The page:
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The day book. (Chicago, Ill.) 1911-1917, June 27, 1916, LAST EDITION, Image 10

Image and text provided by University of Illinois at Urbana-Champaign Library, Urbana, IL

Persistent link: http://chroniclingamerica.loc.gov/lccn/sn83045487/1916-06-27/ed-1/seq-10/

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BASEBALL SPORTS OF ALL SORTS BOXING
STANDING OF THE CLUBS
National League
W.L. PcL W.L. Pet
Br'klyn 34 21 .618
Phila.. 3125.554
Boston 28 25.528
N.York 27 27.500
Cinc'ti. 28 32.467
Chicago 27 31 .466
Pittsb'h 25 29.463
St.Louis 26 36 .419
American League
W. L. PcL W. L. Pet.
Ctevl'd. 35 25 .583Wash'n 32 28.523
N.York 33 26 .559Chicago 29 29 .500
Detroit 33 28 .541 StLouis 26 34 .433
Boston 32 28 .533 Phila... 17 39.304
YESTERDAY'S RESULTS
National League. Boston 5, Phil
adelphia 1; Boston 9, Philadelphia 5;
New York 11, Brooklyn 8; Brooklyn
2, New York 1; Cincinnati 5, SL
Louis 4.
American League. Cleveland 2,
Chicago 0; Detroit 3, St Louis 1;
Washington 9, New York 8, Philadel
phia 8, Boston 5.
John -J. McGraw, manager of the
Giants, must often be surprised at
the views of John J. McGraw, jour
nalist, on the great American pas
time. Baseball fans in Philadelphia are
thinking of getting up a ninth place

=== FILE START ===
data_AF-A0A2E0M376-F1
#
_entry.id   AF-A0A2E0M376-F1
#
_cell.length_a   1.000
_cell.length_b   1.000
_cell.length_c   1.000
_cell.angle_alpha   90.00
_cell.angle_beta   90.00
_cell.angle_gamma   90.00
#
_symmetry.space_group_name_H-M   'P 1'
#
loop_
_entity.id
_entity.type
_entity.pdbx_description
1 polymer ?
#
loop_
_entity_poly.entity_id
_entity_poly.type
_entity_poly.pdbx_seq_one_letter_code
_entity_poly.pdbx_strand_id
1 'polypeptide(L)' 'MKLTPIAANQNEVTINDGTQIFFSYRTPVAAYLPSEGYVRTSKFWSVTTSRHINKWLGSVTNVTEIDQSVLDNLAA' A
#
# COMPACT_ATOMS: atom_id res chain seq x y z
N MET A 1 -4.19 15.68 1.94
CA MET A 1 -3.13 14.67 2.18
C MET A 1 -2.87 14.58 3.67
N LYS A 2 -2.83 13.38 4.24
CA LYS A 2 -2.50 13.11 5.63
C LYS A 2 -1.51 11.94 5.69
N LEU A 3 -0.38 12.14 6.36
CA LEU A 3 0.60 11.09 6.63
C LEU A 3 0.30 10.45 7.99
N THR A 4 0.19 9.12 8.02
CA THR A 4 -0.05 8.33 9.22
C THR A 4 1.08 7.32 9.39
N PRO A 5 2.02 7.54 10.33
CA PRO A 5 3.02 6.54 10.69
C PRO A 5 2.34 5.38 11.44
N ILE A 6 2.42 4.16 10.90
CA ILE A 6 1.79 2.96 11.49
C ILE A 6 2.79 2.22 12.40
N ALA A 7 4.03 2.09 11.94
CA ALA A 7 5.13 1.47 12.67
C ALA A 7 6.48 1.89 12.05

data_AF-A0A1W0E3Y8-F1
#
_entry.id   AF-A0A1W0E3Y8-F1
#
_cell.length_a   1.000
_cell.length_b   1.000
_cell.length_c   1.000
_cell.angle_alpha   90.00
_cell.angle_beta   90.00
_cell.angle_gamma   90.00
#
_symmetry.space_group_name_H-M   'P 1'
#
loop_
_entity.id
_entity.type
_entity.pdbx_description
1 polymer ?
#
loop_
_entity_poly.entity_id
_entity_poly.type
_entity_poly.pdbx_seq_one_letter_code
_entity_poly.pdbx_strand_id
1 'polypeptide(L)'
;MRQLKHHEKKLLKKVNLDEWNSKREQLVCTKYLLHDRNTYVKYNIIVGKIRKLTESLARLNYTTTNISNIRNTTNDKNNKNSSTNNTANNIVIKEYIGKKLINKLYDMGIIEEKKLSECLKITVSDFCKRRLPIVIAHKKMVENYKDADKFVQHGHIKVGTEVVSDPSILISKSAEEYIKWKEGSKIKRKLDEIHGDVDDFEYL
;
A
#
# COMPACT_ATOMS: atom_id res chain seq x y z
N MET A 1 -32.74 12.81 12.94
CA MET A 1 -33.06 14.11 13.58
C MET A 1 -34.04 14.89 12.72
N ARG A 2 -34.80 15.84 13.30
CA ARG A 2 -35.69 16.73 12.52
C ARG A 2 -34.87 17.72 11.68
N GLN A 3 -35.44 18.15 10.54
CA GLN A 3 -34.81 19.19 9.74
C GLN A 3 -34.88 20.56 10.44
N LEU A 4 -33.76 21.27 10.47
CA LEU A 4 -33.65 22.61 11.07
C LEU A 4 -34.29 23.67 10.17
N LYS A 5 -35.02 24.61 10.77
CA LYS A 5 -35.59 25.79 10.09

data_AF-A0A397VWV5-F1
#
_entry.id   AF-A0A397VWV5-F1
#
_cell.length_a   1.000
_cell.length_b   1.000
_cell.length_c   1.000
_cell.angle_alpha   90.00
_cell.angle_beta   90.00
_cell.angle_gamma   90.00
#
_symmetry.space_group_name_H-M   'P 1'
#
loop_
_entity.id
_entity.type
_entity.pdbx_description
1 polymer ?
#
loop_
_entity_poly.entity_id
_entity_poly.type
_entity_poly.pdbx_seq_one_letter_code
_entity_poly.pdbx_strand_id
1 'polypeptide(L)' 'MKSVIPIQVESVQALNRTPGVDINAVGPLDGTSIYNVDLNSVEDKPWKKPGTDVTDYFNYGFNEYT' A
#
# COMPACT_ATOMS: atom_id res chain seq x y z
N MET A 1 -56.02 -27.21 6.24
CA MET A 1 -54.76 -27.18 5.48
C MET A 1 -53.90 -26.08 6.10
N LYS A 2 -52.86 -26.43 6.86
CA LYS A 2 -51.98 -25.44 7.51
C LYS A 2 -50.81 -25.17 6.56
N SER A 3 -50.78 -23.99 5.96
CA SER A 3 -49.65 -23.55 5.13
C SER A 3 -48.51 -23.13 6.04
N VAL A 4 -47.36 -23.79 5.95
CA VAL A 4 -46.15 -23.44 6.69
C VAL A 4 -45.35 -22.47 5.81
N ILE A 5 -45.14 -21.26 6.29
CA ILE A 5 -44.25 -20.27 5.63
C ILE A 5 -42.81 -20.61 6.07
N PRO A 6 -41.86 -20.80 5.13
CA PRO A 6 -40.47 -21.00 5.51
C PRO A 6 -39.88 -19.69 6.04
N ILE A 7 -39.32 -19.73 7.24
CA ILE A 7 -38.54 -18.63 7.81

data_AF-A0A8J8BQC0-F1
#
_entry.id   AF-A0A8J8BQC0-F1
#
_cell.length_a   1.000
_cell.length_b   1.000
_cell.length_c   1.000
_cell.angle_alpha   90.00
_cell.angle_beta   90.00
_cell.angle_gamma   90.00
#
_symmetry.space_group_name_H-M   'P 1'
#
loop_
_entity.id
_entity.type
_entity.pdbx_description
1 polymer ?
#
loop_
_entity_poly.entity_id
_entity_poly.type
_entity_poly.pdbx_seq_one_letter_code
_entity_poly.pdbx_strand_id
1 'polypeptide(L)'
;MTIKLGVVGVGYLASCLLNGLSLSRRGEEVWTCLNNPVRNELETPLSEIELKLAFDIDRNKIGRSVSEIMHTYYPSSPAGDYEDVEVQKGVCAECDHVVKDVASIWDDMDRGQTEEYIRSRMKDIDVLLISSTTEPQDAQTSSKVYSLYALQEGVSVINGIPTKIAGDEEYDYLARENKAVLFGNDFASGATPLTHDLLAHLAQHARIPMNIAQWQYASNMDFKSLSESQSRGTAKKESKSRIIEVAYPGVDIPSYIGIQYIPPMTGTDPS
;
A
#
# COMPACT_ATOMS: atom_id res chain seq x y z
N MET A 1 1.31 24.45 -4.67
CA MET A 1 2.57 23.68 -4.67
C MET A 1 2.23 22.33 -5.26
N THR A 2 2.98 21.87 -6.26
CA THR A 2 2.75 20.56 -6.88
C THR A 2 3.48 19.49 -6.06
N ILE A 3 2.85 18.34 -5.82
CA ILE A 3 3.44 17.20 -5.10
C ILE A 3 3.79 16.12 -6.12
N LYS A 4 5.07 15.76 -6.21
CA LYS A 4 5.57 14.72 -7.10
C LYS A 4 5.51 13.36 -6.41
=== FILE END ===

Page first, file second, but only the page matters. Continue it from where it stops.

in the American league for C. Mack's
Athletics.
Former King Manuel sprained his
ankle playing tennis the other day.
It's a good thing he isn't still doing
the Gaby glide.
Tyrus Cobb says it was "Iron" that
made him "comeback." Begging your
pardon, Tyrus, we thought it was
"iron men."
There seems to be the same enthu
siasm for baseball in cities of the In
ternational league as there was for
Sherman at the Republican conven
tion. Manager McGraw of' the Giants
has offered to trade Jeff Tesreau to
the Cardinals for Slim Sallee.
MIKE PRENDERGAST BIG AID
TO JOE TINKER
By Mark Shields
Fortunate is Joe Tinker, with the
double-header crop growing luxuri
antly, to have a pitcher like Mike
Prendergast, the human lifeline.
Mike is a glutton for work and the
averages show that he is also profi
cient, for while his record for wins
and losses does not look unusual, he
has allowed very few runs for every
nine innings he has pitched. It has
not been his fault that the opposi
tion has shoved over the tallies.
Prendergast is the kind of man
who can finish the first game of a
double-header if the starting pitcher
falters, then come right back m the
second battle and rescue another
staggering mate. Prendergast has
reached this plane of dependability
without any especial blare of trum
pets. Like most rescuers, particularly
those who seldom start a game, he,
does not bulk large in the eyes of the
fans. They think of the men who
Pitched victories without aid, and re
member no-hit and one-hit games.
But it is men like Prendergast that
make a ban team powerful. They
are the fellows that possess the real
heart and courage. When they are
given the assignment their club is
usually two or three runs in the ruck
and it is up to the rescuer to pitch in
the face of this handicap, striving to
hold down the aliens -while his pals
forge to the front
It is heart-breaking business, and
Prendergast's success is a tribute not
only to his mechanical ability, but to
his nerve. Mike is a darn sight more
valuable than some of the fellows
who get their names in big headlines.
Each day of vacation is a boon to
the Cubs, as it allows more time for
the cripples to recover. Heinie Zim
merman is already in uniform, but is

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